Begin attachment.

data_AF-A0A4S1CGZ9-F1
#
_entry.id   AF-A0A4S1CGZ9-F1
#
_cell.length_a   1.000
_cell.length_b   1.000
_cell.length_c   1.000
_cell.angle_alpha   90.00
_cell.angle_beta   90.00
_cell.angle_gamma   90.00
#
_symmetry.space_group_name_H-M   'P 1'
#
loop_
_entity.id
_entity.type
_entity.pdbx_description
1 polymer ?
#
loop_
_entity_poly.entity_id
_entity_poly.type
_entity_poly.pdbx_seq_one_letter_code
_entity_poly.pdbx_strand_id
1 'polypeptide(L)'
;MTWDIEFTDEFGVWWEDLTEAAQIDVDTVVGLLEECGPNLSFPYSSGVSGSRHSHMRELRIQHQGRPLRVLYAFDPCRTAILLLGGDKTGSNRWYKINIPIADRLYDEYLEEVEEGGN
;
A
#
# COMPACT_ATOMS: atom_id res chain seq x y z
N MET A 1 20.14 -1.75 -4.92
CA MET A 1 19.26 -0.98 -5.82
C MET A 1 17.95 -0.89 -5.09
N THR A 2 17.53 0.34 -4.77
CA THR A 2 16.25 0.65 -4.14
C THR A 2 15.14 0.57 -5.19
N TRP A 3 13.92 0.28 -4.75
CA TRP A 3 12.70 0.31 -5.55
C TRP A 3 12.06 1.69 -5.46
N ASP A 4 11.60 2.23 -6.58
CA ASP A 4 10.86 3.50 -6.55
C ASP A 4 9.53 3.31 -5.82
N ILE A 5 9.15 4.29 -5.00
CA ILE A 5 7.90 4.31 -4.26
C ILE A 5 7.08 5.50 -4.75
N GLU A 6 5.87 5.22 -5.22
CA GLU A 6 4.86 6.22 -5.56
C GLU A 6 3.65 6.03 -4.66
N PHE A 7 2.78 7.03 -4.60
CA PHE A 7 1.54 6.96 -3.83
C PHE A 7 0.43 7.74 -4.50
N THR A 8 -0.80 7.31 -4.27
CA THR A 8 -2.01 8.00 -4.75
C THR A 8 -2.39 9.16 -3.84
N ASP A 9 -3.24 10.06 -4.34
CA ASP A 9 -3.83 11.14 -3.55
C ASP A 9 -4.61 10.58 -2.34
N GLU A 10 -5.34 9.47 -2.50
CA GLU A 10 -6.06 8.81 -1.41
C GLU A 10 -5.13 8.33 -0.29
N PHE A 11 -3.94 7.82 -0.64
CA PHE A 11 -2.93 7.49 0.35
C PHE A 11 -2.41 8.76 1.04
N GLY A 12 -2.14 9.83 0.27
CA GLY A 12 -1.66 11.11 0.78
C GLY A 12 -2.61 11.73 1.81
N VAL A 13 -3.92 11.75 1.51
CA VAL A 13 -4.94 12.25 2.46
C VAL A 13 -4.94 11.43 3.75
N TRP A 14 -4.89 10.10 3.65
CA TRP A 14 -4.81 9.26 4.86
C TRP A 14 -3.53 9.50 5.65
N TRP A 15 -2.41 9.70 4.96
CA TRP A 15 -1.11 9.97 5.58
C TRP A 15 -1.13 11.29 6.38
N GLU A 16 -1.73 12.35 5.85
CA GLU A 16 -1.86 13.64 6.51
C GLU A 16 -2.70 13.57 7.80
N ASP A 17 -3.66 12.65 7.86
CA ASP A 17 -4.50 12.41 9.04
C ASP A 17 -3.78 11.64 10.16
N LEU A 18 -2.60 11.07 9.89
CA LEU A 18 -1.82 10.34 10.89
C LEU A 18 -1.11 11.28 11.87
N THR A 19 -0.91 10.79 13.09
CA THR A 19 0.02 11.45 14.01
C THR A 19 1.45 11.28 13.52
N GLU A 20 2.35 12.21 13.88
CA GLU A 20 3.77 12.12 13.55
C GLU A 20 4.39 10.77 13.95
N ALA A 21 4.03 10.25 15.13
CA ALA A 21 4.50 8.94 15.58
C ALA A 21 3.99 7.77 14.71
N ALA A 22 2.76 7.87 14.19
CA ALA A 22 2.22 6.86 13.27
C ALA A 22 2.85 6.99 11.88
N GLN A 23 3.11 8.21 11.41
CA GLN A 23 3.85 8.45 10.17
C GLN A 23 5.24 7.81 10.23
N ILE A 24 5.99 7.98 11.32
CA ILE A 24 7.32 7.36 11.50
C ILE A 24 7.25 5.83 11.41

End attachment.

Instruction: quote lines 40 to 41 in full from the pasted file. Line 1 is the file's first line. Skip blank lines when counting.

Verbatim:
N ASP A 4 11.60 2.23 -6.58
CA ASP A 4 10.86 3.50 -6.55